NORWOOD, Ohio — The new omicron variant could be part of slight increases in new COVID-19 cases in counties around the region, according to infectious disease experts.
Researchers will need weeks to confirm the variant's presence; however, one doctor said the seven days following Dec. 10 will bring an important signal.
Two weeks after Thanksgiving 2020, departments of health reported surges in new coronavirus infections. That memory is more than a stat to Lauren Jones' family.
"I got my shot already," said Marshall, Jones' 6-year-old son.
He received his second dose of the Pfizer vaccine Tuesday. His full vaccination almost cures his mom's stress.
"I worry, because he likes to keep his hands in his mouth," Jones said. "I don't want my son to get sick at all — he goes to school. A lot of other kids are not vaccinated. A lot of kids can't fight off COVID and other stuff going around."
While the Ohio Department of Health reported small increases in new COVID-19 cases among children and adults in November, Gov. Mike DeWine and others expect a new virus mutation, omicron, to show up.
"We know it is, in all likelihood, already in Ohio," DeWine said.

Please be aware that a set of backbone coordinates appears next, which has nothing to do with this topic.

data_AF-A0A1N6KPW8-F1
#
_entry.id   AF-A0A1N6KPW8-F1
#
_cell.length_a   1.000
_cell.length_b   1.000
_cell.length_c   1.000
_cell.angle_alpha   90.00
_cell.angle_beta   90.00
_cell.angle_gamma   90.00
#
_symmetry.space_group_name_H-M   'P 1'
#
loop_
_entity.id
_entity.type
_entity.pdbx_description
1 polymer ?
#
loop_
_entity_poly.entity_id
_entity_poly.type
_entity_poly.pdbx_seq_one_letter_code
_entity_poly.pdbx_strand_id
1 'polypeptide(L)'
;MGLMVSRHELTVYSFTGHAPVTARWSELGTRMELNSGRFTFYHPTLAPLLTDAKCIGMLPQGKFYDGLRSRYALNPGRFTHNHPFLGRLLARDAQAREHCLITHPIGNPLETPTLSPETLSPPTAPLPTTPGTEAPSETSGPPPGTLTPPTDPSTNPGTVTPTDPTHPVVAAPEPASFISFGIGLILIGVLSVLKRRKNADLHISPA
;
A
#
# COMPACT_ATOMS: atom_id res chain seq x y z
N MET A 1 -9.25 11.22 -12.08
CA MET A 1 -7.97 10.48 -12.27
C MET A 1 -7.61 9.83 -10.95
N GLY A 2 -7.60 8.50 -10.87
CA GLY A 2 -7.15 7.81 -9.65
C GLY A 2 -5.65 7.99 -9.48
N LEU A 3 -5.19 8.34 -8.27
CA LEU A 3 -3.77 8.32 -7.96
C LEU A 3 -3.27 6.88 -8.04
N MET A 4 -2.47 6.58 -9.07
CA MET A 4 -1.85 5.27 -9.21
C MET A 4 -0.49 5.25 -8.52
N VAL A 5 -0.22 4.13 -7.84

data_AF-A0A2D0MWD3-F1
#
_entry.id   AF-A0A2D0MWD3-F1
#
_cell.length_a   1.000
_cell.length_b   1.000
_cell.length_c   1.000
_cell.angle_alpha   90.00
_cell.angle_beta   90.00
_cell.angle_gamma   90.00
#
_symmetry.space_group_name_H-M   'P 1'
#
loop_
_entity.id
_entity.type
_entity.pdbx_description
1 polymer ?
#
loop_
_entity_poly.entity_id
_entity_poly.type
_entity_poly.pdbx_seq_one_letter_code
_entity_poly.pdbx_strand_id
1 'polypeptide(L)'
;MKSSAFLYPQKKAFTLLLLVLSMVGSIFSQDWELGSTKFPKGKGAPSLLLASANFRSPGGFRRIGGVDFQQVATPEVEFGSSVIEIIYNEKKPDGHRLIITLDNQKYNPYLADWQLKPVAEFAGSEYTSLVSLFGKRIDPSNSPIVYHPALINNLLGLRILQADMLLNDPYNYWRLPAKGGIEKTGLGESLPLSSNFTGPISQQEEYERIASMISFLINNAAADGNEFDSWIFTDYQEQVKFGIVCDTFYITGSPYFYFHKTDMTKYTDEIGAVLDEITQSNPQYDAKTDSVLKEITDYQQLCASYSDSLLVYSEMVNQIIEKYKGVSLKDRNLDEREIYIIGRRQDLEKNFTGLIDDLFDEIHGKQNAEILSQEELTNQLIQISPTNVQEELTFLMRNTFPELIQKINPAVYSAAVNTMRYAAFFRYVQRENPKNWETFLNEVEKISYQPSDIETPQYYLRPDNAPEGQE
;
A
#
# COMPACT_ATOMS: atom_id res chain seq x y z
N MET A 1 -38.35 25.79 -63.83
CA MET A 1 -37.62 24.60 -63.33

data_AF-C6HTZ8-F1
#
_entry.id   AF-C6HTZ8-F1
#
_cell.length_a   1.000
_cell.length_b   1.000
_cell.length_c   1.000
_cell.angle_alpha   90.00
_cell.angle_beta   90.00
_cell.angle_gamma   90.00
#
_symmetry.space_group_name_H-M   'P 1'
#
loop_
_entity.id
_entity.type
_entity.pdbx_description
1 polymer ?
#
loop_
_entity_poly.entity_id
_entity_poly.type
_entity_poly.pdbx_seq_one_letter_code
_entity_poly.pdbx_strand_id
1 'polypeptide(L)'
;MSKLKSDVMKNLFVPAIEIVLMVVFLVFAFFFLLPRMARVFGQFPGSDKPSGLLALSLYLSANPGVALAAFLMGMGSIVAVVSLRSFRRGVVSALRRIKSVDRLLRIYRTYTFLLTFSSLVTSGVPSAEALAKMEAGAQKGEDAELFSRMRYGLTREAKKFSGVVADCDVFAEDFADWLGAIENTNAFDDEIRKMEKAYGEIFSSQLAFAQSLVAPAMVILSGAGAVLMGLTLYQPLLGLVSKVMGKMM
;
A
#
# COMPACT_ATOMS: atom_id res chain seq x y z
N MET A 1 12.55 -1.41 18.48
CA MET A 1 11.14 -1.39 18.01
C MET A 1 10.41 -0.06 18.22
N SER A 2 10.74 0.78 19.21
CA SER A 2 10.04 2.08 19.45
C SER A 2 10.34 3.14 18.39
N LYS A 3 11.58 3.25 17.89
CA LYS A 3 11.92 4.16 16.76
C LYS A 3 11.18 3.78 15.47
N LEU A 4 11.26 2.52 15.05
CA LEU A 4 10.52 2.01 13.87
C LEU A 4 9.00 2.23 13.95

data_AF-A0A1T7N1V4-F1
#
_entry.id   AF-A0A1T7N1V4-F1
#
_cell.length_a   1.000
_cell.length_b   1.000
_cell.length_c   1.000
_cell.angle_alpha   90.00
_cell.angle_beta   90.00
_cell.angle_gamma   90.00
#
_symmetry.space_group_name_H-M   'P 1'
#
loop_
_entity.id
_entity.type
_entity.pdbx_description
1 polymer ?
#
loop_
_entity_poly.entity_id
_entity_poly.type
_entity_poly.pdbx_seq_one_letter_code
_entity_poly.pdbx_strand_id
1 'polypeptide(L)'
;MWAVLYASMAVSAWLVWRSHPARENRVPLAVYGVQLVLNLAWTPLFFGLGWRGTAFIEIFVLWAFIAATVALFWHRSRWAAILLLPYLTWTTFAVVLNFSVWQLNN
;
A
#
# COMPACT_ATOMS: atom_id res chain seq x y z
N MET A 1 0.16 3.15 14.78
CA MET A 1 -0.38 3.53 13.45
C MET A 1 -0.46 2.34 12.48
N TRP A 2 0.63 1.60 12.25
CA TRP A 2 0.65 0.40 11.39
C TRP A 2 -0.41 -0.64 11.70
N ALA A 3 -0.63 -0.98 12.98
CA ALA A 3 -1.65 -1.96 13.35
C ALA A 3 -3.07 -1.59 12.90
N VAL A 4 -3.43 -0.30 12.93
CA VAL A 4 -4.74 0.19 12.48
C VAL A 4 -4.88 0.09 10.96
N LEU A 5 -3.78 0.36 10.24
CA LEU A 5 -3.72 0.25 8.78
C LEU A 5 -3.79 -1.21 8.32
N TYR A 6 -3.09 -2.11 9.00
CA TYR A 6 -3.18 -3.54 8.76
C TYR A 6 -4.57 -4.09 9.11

Along with confirming and tracking the variant, local researchers also hope to learn more about the potential for it to infect people after their shots.
"There definitely is potential for a vaccine-resistant variant," said Suzi Francis, the ambulatory pharmacy director for St. Elizabeth Healthcare.
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"That would not be a surprise," added Dr. Carl Fichtenbaum, Professor of Infectious Diseases at the University of Cincinnati College of Medicine. "This is very much like influenza, where influenza adapts and changes and we have to adapt and change our vaccine every year. So this would not be unusual for a respiratory virus like a coronavirus to adapt and change that way."
Fichtenbaum said he thinks the days after Dec. 10 could bring an indicator of what lies ahead. After a post-Thanksgiving infection spike in 2020, he thinks data reported next month could show a new or predictable spreading pattern.
"I think that week is pivotal for us to understand which direction the pandemic is currently going," he said.
While a surge hardly means omicron is a problem, researchers worry about communities with less than half its residents vaccinated. Without sufficient immunity, there is potential for repeat COVID-19 infections and spread, Fichtenbaum said.
"I make sure my kids wear their masks and keep their hands sanitized," Jones said. "That is the main thing, (along with washing) their hands."
Concerns about virus spread drove Jones to isolate her household, which includes a 4-year-old ineligible for vaccination, away from holiday gatherings for Thanksgiving and beyond.
"Christmas is going to be the same," Jones said. "I'm not going to have a lot of people in my house."